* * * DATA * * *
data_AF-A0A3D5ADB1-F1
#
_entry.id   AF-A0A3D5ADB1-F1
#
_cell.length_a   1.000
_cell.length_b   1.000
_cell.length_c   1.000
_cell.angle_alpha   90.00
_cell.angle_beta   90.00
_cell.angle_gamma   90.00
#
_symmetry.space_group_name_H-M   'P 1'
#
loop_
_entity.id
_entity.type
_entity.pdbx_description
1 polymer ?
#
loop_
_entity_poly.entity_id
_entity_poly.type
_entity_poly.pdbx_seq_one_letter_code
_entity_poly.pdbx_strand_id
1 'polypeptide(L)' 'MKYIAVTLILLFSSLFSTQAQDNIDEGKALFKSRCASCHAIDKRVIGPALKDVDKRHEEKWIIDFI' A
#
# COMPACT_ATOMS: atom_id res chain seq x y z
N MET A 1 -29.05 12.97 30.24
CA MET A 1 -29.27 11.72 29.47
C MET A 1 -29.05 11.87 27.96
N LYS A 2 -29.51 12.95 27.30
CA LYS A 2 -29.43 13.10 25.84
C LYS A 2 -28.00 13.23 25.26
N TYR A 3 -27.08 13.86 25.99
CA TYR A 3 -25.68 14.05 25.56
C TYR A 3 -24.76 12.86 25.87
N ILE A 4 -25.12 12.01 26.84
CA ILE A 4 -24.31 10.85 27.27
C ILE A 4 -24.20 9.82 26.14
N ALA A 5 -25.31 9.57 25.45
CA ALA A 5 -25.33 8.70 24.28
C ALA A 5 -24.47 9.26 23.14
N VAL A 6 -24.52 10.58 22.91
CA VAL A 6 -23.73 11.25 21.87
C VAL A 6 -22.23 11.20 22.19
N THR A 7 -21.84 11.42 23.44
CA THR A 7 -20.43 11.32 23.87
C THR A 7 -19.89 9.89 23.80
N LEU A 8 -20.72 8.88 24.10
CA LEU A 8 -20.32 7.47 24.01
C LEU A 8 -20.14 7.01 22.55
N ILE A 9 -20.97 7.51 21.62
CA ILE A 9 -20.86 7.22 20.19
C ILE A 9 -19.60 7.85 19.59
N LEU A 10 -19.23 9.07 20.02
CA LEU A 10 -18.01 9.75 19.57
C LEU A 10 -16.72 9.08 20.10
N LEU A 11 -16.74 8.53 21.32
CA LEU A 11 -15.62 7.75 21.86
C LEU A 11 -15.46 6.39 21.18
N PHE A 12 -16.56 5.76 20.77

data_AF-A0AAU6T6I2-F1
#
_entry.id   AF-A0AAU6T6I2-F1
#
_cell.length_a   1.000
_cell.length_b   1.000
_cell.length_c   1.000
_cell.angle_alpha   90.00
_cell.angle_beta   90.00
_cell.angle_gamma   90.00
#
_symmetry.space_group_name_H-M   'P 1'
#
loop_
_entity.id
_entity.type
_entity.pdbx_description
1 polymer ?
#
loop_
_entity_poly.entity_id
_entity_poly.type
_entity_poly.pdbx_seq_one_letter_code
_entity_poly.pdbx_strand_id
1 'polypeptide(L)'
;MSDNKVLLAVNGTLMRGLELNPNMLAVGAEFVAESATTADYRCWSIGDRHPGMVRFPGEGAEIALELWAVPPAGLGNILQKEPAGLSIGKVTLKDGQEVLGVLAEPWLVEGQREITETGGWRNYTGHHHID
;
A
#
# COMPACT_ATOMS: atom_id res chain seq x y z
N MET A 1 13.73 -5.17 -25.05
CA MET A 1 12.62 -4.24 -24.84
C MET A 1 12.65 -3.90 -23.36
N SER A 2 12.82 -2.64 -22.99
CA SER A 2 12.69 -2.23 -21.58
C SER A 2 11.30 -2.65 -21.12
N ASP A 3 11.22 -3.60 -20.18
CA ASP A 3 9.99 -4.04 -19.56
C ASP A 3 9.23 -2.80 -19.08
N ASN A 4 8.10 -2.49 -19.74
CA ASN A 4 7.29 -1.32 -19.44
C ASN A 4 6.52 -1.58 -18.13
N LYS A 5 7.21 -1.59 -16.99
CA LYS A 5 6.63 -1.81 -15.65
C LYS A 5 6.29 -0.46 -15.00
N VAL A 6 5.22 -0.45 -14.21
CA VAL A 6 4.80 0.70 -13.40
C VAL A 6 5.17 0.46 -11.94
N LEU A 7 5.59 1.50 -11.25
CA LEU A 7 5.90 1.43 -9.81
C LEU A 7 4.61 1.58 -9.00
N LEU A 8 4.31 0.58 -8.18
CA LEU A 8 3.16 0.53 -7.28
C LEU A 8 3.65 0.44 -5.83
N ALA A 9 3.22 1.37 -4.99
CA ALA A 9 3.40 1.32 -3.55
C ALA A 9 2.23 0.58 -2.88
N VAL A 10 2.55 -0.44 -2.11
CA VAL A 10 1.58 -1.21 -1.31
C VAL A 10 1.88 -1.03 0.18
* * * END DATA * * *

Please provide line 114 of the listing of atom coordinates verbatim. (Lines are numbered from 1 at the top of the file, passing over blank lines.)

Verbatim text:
CA LEU A 8 3.16 0.53 -7.28